Prof Emma Robinson (University of Bristol), Prof Jack Mellor (University of Bristol) and Prof Bastian Hengerer (Boehringer Ingelheim)
Host institution: University of Bristol, CASE partner: Boehringer Ingelheim
In the last few years there has been a surge in interest in rapid-acting antidepressants arising from the discovery that ketamine induces both rapid and sustained clinical benefits following a single treatment. This has also led to new investment not only to study the clinical effects of these drugs but also to better understand their fundamental biology. Through this work, new treatments with better tolerability and wider clinical applications may be developed. Although ketamine is known to act as an NMDA receptor antagonist, not all NMDA receptor antagonists which have been tested clinically exhibit this same rapid-acting antidepressant profile. A unique characteristic of ketamine is that the effects of a single treatment are sustained beyond the initial pharmacological effects of the drug suggesting induction of some longer term adaptive change which benefits mood.
In this project we have established a collaboration with Boehringer Ingelheim and aim to integrate our combined expertise across molecular, electrophysiological and behavioural studies to try to understand the mechanisms which underlie these effects. Capitalising on our validated rodent model of affective biases in depression, this project will use our affective bias test to compare the acute and sustained effects of different NMDA receptor antagonists comparing the results with clinical data and specific pharmacodynamic properties of the different drugs. In order to relate these behavioural findings to the underlying mechanisms we will also undertake studies using ex vivo electrophysiology in slices taken from the prefrontal cortex. Using fluorescent labelling we will identify specific neuronal populations which input to or receive inputs from key brain regions such as amygdala and hippocampus and investigate whether there are specific changes in synaptic physiology which correspond to the sustained antidepressant efficacy observed in the behavioural assays.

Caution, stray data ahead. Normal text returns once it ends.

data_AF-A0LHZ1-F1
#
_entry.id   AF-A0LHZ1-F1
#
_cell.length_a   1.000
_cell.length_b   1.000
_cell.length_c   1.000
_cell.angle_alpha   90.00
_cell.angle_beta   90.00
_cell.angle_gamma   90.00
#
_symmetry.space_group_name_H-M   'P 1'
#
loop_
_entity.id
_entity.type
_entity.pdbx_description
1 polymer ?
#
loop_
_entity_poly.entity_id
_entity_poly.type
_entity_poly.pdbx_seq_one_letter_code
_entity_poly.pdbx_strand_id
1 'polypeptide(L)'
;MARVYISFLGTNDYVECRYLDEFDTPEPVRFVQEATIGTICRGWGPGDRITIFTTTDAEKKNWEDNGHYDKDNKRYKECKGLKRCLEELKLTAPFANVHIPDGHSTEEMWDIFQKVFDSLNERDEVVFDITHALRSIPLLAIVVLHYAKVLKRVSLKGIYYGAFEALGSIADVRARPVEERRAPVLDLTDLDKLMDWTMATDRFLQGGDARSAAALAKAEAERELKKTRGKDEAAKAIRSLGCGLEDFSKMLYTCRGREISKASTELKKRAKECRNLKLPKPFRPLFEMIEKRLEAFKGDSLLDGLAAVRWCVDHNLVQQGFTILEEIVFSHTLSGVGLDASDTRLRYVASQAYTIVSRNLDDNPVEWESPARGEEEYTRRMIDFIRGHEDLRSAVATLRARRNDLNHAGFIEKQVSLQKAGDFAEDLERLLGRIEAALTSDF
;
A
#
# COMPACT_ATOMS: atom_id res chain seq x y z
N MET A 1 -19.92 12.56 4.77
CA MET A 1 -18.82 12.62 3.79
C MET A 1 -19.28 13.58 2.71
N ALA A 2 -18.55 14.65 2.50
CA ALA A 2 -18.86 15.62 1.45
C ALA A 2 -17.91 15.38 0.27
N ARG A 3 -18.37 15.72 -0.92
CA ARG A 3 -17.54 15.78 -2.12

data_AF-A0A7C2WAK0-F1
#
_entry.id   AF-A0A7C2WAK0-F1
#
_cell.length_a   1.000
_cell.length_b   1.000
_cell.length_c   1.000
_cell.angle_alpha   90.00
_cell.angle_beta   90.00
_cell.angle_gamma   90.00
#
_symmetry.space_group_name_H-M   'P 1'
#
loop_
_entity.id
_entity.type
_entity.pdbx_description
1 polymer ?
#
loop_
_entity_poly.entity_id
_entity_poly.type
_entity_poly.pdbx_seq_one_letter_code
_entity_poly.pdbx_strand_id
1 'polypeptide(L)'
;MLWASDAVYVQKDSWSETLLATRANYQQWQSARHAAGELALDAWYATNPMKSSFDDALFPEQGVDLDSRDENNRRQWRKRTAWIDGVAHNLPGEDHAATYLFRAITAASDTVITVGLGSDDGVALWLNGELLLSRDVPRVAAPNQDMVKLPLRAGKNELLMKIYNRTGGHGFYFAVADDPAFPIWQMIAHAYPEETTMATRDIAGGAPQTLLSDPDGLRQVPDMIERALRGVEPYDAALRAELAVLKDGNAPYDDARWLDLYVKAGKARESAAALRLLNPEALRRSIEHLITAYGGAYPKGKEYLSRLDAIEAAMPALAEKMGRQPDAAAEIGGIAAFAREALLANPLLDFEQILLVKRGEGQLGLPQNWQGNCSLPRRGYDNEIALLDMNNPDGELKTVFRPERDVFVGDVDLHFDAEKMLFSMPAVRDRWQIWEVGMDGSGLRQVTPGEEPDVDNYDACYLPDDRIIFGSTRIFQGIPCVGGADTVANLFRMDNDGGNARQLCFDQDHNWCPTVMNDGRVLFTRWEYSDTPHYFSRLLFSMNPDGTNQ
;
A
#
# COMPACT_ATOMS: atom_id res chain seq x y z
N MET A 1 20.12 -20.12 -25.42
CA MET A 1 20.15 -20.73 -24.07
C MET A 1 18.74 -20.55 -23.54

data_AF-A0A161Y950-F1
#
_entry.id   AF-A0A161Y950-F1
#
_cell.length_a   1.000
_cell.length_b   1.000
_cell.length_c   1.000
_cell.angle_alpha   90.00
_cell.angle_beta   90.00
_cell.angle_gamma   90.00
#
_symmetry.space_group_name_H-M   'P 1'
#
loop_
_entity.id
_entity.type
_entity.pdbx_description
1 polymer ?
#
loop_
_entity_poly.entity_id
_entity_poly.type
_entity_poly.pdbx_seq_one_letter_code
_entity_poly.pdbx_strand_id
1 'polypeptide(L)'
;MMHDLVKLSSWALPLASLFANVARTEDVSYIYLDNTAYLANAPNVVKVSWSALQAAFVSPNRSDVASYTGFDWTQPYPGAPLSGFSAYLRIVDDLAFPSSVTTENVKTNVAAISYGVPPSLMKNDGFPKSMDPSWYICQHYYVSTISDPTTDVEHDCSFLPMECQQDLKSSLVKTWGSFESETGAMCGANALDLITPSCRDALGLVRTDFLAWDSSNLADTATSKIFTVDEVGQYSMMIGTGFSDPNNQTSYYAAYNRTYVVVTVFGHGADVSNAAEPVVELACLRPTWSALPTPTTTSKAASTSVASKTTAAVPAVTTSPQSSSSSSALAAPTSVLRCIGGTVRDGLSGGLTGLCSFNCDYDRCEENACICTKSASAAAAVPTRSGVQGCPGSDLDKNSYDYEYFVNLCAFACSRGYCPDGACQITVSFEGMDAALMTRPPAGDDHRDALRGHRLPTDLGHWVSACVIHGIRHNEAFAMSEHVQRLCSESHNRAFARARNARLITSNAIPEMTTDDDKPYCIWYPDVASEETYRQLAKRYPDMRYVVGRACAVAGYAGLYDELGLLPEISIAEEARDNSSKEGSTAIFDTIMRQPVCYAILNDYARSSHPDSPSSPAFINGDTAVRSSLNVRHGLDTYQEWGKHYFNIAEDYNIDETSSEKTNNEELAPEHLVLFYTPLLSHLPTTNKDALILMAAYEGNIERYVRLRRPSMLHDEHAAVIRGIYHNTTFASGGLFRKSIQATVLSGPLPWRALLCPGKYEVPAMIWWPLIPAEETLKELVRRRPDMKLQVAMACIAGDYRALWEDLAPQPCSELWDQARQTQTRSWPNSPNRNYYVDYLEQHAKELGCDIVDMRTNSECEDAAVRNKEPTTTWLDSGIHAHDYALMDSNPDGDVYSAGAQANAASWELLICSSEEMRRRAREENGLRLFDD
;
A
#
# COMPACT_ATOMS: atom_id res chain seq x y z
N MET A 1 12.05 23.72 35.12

In collaboration with Boehringer Ingelheim we will undertake analysis of the RNA expression profile within these different neuronal populations following acute treatment with efficacious versus non-efficacious NMDA receptor antagonists. Using RNASeq and bioinformatics, these studies will generate new insights into potential mechanisms and novel drug targets which will be further explored as the project develops including using in vivo behavioural studies integrated with target brain infusions and DREADDs-based methods.
Closing deadline: Monday 6 December, midnight.
Full details on the BBSRC SWBio DTP can be found at: https://www.swbio.ac.uk/programme/projects-available/
Please note, when you apply please start to type in 'southwest' and the SWBio programme will appear.